The excitement of starting a company usually comes with the realization that you need to raise money. When raising startup funding, founders have many options, one of which is the use of Simple Agreements for Future Equity (SAFEs), a relatively flexible alternative to traditional equity financing
What is a Simple Agreement for Future Equity (SAFE)?
Years ago, the startup accelerator Y Combinator introduced the Simple Agreement for Future Equity (SAFE) to help streamline startup funding and save founders and investors' the time and money they would otherwise spend drafting one-off legal agreements.
Simply put, a Simple Agreement for Future Equity (SAFE) is a legal document between early-stage companies and investors for raising capital from investors in seed rounds.
The evolution of SAFEs, which have become the standard for startups setting out to raise seed money, shows the power, as the venture capitalist Ramy Adeeb has observed, of building something people want and then making it better.
How do SAFEs work?
Understanding how SAFEs work is important for founders and investors looking to raise or invest money while minimizing dilution. As the name suggests, it enables investors to fund startups in exchange for a promised equity in an amount to be determined in subsequent funding rounds or liquidity events.
The conversion is based on a valuation cap or discount rate, with some SAFEs offering both options. The valuation cap sets the maximum price at which the SAFE converts, while the discount rate is a percentage discount applied to the valuation of the next funding round. In the event of a liquidation, SAFE holders can either receive the original amount paid for the SAFE or convert it to the common stock based on the valuation cap
How post-money SAFE can overcome uncertainty
Though SAFEs gained wide acceptance, they left founders without a way to know precisely how much of their company they had sold. Nor did investors always end up with the equity percentage of ownership they had in mind when they invested.
To overcome this uncertainty, Y Combinator introduced a financing document called post-money SAFE, which, judging by its ubiquity, is a game changer because it enables a company and investor to determine right away how much ownership has been sold. It achieves that by, in effect, treating the capital raised via a SAFE as its own round.
A post-money SAFE relieves the burden on founders—who rightfully tend to be too busy building their product and winning customers—to calculate the dilution to their ownership that an investment will produce.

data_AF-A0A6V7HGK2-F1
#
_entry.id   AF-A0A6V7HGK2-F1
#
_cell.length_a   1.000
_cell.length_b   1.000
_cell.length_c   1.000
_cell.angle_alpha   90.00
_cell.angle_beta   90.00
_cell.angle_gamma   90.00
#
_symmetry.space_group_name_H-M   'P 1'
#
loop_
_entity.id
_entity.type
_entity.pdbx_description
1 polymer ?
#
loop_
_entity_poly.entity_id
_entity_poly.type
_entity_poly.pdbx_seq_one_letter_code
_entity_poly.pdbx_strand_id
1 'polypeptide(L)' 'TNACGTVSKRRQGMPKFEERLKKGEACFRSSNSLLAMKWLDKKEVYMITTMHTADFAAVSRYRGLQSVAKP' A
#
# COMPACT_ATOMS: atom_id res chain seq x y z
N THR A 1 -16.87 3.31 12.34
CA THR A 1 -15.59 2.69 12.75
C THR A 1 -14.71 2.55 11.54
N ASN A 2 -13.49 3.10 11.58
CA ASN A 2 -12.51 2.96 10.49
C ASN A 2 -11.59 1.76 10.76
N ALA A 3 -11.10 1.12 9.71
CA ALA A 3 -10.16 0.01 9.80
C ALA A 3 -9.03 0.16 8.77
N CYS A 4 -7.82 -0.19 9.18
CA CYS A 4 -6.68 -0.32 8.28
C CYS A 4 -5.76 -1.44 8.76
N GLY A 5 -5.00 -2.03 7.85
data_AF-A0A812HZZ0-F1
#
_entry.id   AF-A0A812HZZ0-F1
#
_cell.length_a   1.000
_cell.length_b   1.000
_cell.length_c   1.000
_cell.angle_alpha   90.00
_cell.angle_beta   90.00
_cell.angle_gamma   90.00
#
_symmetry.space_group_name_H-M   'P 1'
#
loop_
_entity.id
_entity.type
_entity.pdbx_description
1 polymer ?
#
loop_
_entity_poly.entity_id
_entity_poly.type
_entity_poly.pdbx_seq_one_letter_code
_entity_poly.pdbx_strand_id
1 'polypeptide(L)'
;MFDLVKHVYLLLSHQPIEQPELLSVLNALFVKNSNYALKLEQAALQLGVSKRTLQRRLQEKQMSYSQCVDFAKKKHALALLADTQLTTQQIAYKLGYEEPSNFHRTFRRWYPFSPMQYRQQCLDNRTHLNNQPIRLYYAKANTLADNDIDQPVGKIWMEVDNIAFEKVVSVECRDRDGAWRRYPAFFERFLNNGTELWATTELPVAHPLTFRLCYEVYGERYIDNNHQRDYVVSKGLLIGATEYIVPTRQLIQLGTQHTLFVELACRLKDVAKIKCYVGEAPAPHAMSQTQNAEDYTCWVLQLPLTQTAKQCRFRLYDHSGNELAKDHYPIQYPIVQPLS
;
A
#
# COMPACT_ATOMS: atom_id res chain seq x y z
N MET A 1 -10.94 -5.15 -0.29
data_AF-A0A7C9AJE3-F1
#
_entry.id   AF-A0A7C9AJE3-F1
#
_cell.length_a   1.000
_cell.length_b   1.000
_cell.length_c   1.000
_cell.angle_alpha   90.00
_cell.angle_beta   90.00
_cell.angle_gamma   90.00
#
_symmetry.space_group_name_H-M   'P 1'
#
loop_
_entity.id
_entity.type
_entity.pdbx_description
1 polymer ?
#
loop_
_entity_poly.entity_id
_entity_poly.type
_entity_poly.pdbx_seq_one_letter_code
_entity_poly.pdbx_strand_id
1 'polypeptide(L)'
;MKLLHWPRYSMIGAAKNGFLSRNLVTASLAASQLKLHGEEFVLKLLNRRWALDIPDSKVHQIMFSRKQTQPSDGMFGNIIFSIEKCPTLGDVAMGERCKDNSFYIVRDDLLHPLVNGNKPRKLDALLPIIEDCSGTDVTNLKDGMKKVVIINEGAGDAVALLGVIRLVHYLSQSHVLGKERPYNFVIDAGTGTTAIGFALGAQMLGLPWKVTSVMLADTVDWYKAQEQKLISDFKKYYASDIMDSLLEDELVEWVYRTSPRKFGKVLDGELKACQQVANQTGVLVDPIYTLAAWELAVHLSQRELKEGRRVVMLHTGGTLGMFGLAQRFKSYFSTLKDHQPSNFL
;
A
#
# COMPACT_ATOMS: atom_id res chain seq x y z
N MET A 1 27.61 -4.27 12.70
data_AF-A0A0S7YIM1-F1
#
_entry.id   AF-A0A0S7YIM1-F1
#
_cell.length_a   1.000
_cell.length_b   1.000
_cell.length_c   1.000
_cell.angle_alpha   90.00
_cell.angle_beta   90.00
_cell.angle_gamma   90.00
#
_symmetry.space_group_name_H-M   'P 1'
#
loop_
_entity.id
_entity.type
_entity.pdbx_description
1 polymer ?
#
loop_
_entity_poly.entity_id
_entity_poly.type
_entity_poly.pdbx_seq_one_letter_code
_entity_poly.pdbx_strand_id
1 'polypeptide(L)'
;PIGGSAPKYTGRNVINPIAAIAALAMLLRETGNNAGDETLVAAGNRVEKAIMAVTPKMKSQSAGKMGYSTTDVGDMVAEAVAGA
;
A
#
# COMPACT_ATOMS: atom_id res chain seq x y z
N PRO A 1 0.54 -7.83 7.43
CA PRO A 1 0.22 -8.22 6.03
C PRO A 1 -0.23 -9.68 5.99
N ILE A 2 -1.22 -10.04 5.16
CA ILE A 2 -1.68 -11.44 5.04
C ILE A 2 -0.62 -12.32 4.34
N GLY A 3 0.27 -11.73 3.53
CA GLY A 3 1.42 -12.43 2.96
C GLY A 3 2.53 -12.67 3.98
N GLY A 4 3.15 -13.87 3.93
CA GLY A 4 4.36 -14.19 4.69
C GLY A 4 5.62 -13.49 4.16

From experience working with founders the past two years, I know first-hand that calculating dilution using polynomial equations that are circular in nature will produce, at best, something less than 100% accuracy as a result of rounding errors.
Post-money SAFEs and dilution of ownership
Post-money SAFEs provide accuracy but come with a trade-off for founders. In their former incarnation, SAFEs diluted other SAFEs, which meant less dilution for founders. It also meant that calculating pre- and post-money valuation was complicated without a SAFE note calculator such as Note Genie.
While post-money SAFEs enable founders to know right away how much of their company they have sold, they alone experience the dilution of ownership. In short, post-money SAFEs do not get diluted by other SAFEs.
To balance dilution somewhat, holders of post-money SAFEs and founders will share dilution from the option pool in the Series A round of funding equally. For founders, that avoids an outcome in which they shoulder the burden of the option pool increase, which tended to be the case previously.
Consider this as well. Post-money SAFEs do not, by default, give investors the right to participate in subsequent rounds of funding. To address this, the parties to a post-money SAFE can negotiate a side letter that will confer the right to invest in Series A while maintaining their equity percentage ownership in the company. Because companies know who owns what, a post-money SAFE enables founders to calculate precisely how much equity to reserve for investment in their Series A by SAFE holders.
Using a pre and post-money valuation calculator for SAFEs
Thanks to improvements, the post-money SAFE marks a major upgrade from its predecessor in terms of transparency. Thanks to such SAFEs, founders now can map out a seed round, reward their earliest investors, and raise as much money as they could previously but with reduced risk of over-dilution.
Here at LTSE we look forward to learning how this plays out. We also know that in practice, a number of companies that plan to raise money via a post-money SAFE may have raised money previously via a pre-money SAFE. So the calculations of pre- and post-money valuation can complicate quickly.
LTSE Equity's pre and post-money valuation calculator can help. It lets you create a capitalization table in the cloud and model the effects of both pre-money and post-money SAFEs on ownership dilution. The top law firms that counsel tech startups can support you with LTSE Equity as well.
Disclaimer: LTSE is neither a law firm nor provides legal advice. Before making decisions on matters covered by this post, readers should consult their legal adviser.